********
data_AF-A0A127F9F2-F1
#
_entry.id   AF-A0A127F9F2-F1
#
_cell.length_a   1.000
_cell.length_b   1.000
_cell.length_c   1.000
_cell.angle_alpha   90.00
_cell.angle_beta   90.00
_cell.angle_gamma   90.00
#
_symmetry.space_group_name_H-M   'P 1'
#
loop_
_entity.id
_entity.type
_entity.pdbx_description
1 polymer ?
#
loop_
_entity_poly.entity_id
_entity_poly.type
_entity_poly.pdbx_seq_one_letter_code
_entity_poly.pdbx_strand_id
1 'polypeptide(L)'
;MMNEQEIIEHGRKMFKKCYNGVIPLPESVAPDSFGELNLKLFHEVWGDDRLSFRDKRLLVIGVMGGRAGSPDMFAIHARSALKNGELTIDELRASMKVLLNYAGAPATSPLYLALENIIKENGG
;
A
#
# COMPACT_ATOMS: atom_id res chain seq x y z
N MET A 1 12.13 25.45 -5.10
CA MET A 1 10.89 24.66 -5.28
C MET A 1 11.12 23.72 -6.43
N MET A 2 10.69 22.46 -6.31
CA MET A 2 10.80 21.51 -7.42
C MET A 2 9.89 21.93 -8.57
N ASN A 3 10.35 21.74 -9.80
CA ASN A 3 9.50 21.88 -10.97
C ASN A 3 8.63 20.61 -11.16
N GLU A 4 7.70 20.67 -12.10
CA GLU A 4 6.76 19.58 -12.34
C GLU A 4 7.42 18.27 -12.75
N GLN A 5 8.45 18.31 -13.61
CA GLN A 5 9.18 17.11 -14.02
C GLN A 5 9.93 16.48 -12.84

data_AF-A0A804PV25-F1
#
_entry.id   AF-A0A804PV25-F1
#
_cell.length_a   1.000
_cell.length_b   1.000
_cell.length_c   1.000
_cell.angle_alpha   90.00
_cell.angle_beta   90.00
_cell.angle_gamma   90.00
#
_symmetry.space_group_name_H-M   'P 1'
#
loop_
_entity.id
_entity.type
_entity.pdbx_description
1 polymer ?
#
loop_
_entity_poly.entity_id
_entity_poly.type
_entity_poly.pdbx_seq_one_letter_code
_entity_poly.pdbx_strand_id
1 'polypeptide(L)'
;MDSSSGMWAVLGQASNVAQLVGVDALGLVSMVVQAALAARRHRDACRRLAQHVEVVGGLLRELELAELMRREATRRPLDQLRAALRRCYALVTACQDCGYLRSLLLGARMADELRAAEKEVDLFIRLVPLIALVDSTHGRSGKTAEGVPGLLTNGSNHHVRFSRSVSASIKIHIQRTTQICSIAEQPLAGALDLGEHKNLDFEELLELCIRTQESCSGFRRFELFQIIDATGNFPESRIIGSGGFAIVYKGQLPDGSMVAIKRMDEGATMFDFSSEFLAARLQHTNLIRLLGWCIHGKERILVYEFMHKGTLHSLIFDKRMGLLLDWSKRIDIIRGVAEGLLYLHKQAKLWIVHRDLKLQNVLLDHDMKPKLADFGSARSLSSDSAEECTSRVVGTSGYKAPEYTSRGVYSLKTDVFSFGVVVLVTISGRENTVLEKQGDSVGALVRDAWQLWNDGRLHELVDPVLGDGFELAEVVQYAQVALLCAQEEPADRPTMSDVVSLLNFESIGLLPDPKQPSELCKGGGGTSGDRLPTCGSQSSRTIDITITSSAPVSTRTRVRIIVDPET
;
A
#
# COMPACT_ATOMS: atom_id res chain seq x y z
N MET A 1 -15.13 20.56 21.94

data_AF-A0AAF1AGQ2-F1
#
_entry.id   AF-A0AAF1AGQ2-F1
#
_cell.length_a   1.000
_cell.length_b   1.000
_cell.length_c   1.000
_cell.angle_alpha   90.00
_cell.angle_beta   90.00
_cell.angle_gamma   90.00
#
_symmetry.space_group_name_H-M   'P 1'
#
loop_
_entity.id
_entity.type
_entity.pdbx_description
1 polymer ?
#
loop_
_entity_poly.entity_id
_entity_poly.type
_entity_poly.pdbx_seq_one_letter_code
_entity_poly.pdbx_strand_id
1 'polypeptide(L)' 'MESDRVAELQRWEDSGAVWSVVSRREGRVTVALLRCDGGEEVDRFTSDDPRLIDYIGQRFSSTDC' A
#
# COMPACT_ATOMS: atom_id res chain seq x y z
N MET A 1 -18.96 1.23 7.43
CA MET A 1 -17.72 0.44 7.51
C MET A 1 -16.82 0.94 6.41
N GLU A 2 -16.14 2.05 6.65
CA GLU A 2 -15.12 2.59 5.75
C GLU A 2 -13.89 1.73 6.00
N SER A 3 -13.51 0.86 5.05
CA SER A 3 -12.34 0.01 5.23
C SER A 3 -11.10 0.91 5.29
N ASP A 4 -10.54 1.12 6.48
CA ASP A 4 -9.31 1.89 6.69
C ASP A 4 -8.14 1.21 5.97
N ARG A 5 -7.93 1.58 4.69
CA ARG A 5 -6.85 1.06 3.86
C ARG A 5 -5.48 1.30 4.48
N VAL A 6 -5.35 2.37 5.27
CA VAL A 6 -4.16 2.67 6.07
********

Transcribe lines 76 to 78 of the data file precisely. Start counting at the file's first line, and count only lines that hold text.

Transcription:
N MET A 1 -15.13 20.56 21.94

data_AF-A0AAF1AGQ2-F1
#